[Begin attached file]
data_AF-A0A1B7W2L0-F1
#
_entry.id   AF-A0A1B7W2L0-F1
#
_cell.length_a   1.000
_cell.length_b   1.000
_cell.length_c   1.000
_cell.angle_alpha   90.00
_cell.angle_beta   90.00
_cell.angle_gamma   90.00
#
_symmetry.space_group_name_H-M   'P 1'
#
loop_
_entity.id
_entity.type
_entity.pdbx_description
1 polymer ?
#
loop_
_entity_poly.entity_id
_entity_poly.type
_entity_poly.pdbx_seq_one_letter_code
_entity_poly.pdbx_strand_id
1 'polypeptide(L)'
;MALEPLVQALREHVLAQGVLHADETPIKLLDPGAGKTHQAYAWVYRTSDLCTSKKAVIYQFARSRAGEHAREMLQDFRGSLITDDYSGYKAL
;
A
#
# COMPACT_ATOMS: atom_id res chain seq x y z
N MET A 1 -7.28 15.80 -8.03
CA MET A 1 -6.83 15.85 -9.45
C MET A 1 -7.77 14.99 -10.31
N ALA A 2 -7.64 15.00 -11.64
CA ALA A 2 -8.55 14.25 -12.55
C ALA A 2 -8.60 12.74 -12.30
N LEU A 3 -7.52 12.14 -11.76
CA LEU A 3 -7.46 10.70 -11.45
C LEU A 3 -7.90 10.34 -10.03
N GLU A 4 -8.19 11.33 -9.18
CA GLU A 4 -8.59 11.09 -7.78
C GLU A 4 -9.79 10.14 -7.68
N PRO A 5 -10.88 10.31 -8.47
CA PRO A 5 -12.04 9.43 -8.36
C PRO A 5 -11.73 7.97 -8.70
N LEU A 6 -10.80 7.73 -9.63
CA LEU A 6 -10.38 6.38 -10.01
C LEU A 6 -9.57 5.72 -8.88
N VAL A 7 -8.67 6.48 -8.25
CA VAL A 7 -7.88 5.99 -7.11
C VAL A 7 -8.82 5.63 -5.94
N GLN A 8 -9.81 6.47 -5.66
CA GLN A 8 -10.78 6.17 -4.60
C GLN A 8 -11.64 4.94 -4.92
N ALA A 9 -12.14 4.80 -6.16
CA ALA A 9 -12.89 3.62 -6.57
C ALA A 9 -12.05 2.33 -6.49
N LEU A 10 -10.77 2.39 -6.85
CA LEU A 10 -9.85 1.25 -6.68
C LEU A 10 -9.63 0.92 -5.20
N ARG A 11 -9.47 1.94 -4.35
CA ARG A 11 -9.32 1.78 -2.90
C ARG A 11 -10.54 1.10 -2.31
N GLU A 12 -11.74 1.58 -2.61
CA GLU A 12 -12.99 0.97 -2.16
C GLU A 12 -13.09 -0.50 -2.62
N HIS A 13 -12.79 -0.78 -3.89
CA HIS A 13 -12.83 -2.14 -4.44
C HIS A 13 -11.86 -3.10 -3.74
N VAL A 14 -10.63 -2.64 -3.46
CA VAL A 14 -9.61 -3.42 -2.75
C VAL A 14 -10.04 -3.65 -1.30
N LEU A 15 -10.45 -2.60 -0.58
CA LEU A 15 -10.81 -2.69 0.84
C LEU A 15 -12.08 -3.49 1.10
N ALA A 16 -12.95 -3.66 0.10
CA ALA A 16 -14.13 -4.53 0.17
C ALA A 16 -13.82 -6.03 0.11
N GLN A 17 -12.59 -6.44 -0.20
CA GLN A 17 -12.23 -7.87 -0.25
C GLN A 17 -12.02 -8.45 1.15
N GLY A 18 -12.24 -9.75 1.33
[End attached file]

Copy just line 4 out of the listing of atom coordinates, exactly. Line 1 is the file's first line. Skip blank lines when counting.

#